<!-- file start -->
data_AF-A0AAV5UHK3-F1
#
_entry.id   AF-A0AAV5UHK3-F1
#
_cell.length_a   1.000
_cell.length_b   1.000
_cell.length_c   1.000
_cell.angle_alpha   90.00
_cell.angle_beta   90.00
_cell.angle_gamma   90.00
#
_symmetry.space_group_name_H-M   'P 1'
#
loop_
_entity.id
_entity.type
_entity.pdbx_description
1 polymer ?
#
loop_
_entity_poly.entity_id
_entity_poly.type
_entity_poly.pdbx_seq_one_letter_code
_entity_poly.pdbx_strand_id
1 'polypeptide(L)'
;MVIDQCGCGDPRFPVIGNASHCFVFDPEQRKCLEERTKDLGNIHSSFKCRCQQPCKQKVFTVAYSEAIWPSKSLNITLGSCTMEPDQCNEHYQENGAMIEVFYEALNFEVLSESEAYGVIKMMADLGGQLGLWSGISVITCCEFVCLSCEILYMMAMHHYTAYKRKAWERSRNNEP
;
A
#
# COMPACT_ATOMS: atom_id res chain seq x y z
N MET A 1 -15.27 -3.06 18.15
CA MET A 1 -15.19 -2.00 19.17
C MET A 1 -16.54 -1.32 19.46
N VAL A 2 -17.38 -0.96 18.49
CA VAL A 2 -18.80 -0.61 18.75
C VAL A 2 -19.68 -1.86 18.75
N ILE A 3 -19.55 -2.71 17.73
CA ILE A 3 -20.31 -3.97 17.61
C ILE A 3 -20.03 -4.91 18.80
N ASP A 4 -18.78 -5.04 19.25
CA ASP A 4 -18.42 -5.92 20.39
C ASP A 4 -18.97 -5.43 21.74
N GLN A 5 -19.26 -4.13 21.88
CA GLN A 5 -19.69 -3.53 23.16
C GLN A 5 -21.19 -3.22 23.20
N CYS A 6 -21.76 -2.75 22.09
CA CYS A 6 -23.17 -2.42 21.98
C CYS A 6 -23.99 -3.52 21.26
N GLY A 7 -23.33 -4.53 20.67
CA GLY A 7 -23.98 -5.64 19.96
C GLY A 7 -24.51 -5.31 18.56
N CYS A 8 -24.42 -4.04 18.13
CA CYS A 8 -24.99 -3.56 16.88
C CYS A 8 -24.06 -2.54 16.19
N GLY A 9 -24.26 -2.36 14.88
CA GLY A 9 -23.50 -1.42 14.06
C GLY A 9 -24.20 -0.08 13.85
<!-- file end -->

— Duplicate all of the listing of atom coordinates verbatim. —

data_AF-A0AAV5UHK3-F1
#
_entry.id   AF-A0AAV5UHK3-F1
#
_cell.length_a   1.000
_cell.length_b   1.000
_cell.length_c   1.000
_cell.angle_alpha   90.00
_cell.angle_beta   90.00
_cell.angle_gamma   90.00
#
_symmetry.space_group_name_H-M   'P 1'
#
loop_
_entity.id
_entity.type
_entity.pdbx_description
1 polymer ?
#
loop_
_entity_poly.entity_id
_entity_poly.type
_entity_poly.pdbx_seq_one_letter_code
_entity_poly.pdbx_strand_id
1 'polypeptide(L)'
;MVIDQCGCGDPRFPVIGNASHCFVFDPEQRKCLEERTKDLGNIHSSFKCRCQQPCKQKVFTVAYSEAIWPSKSLNITLGSCTMEPDQCNEHYQENGAMIEVFYEALNFEVLSESEAYGVIKMMADLGGQLGLWSGISVITCCEFVCLSCEILYMMAMHHYTAYKRKAWERSRNNEP
;
A
#
# COMPACT_ATOMS: atom_id res chain seq x y z
N MET A 1 -15.27 -3.06 18.15
CA MET A 1 -15.19 -2.00 19.17
C MET A 1 -16.54 -1.32 19.46
N VAL A 2 -17.38 -0.96 18.49
CA VAL A 2 -18.80 -0.61 18.75
C VAL A 2 -19.68 -1.86 18.75
N ILE A 3 -19.55 -2.71 17.73
CA ILE A 3 -20.31 -3.97 17.61
C ILE A 3 -20.03 -4.91 18.80
N ASP A 4 -18.78 -5.04 19.25
CA ASP A 4 -18.42 -5.92 20.39
C ASP A 4 -18.97 -5.43 21.74
N GLN A 5 -19.26 -4.13 21.88
CA GLN A 5 -19.69 -3.53 23.16
C GLN A 5 -21.19 -3.22 23.20
N CYS A 6 -21.76 -2.75 22.09
CA CYS A 6 -23.17 -2.42 21.98
C CYS A 6 -23.99 -3.52 21.26
N GLY A 7 -23.33 -4.53 20.67
CA GLY A 7 -23.98 -5.64 19.96
C GLY A 7 -24.51 -5.31 18.56
N CYS A 8 -24.42 -4.04 18.13
CA CYS A 8 -24.99 -3.56 16.88
C CYS A 8 -24.06 -2.54 16.19
N GLY A 9 -24.26 -2.36 14.88
CA GLY A 9 -23.50 -1.42 14.06
C GLY A 9 -24.20 -0.08 13.85